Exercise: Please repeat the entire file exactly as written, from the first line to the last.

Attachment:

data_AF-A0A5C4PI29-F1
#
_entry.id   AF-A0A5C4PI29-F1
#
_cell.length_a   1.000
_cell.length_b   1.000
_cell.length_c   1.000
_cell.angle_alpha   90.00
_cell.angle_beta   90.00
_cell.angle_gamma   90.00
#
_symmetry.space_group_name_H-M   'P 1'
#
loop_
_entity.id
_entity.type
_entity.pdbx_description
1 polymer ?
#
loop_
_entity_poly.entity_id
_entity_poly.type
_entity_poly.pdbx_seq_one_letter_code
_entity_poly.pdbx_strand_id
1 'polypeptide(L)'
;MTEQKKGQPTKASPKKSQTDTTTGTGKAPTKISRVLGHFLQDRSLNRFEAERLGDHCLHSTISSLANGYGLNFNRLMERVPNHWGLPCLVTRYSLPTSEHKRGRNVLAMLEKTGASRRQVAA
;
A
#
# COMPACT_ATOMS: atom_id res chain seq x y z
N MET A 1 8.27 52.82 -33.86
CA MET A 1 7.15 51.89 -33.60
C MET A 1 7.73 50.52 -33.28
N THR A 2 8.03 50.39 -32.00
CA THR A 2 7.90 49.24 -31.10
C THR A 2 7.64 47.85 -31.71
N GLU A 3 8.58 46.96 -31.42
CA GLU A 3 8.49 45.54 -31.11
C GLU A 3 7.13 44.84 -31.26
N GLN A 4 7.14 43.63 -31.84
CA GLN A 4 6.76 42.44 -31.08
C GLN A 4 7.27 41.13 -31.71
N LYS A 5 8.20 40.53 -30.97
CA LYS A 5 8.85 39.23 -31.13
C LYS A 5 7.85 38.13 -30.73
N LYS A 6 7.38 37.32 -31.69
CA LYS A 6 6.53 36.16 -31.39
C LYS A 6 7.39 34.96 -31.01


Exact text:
data_AF-A0A5C4PI29-F1
#
_entry.id   AF-A0A5C4PI29-F1
#
_cell.length_a   1.000
_cell.length_b   1.000
_cell.length_c   1.000
_cell.angle_alpha   90.00
_cell.angle_beta   90.00
_cell.angle_gamma   90.00
#
_symmetry.space_group_name_H-M   'P 1'
#
loop_
_entity.id
_entity.type
_entity.pdbx_description
1 polymer ?
#
loop_
_entity_poly.entity_id
_entity_poly.type
_entity_poly.pdbx_seq_one_letter_code
_entity_poly.pdbx_strand_id
1 'polypeptide(L)'
;MTEQKKGQPTKASPKKSQTDTTTGTGKAPTKISRVLGHFLQDRSLNRFEAERLGDHCLHSTISSLANGYGLNFNRLMERVPNHWGLPCLVTRYSLPTSEHKRGRNVLAMLEKTGASRRQVAA
;
A
#
# COMPACT_ATOMS: atom_id res chain seq x y z
N MET A 1 8.27 52.82 -33.86
CA MET A 1 7.15 51.89 -33.60
C MET A 1 7.73 50.52 -33.28
N THR A 2 8.03 50.39 -32.00
CA THR A 2 7.90 49.24 -31.10
C THR A 2 7.64 47.85 -31.71
N GLU A 3 8.58 46.96 -31.42
CA GLU A 3 8.49 45.54 -31.11
C GLU A 3 7.13 44.84 -31.26
N GLN A 4 7.14 43.63 -31.84
CA GLN A 4 6.76 42.44 -31.08
C GLN A 4 7.27 41.13 -31.71
N LYS A 5 8.20 40.53 -30.97
CA LYS A 5 8.85 39.23 -31.13
C LYS A 5 7.85 38.13 -30.73
N LYS A 6 7.38 37.32 -31.69
CA LYS A 6 6.53 36.16 -31.39
C LYS A 6 7.39 34.96 -31.01